FIG. 3 is a flow diagram of an example pre-boot firmware initialization process 300 (i.e., initialization process) that may be carried out by a processor system (e.g., the processor system 800 of FIG. 8) to initialize portions of the processor system 800 in the pre-boot environment 100 of FIG. 1. The initialization process 300 may be implemented by the pre-boot firmware 102 of FIG. 1 and may be executed on the processor system 800. In general, the initialization process 300 may initialize hardware portions of the processor system 800 such as, for example, peripheral ports, memory devices, input/output (I/O) devices, etc. Additionally, although not shown, the initialization process 300 may also establish a software/hardware interface required to boot and run a boot target such as, for example, the operating system 216 of FIG. 2.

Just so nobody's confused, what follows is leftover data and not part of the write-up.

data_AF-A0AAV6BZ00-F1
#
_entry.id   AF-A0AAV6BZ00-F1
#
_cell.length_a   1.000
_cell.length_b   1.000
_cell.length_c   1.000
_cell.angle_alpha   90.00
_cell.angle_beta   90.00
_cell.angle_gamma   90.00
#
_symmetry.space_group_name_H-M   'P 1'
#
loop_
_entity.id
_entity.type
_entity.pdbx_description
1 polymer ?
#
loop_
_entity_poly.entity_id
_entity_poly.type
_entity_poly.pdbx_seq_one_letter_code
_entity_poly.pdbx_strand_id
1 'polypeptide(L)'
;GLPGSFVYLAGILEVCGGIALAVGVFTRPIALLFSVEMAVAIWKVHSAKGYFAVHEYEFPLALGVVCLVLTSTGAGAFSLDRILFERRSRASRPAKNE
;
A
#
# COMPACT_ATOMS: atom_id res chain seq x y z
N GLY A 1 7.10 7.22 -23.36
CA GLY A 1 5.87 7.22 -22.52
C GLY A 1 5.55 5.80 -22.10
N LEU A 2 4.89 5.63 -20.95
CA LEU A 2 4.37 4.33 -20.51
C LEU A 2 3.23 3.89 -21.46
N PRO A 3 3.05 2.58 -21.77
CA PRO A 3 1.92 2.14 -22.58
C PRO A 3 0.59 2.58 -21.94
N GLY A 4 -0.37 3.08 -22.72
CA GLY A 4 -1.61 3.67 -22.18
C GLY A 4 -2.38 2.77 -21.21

• [0043]
    A system reset causes a processor (e.g., the processor 802 of FIG. 8) to be restarted and initialized to a basic state (block 302). A security check is then performed to determine if the previous shutdown of the processor system 800 (FIG. 8) was made in a secure manner (block 304). A secure shutdown includes, for example, issuing a shutdown request and exiting all applications, operating system(s), and monitoring code in an expected and systematic manner so that information is cleared from registers and/or memory spaces. In this manner, the secure shutdown ensures that the processor system 800 (FIG. 8) is protected from malicious attacks that may attempt to read uncleared register contents and/or memory spaces. The secure status of the previous shutdown may be detected by, for example, reading a protected register bit that indicates the type of shutdown that previously occurred.
  • [0044]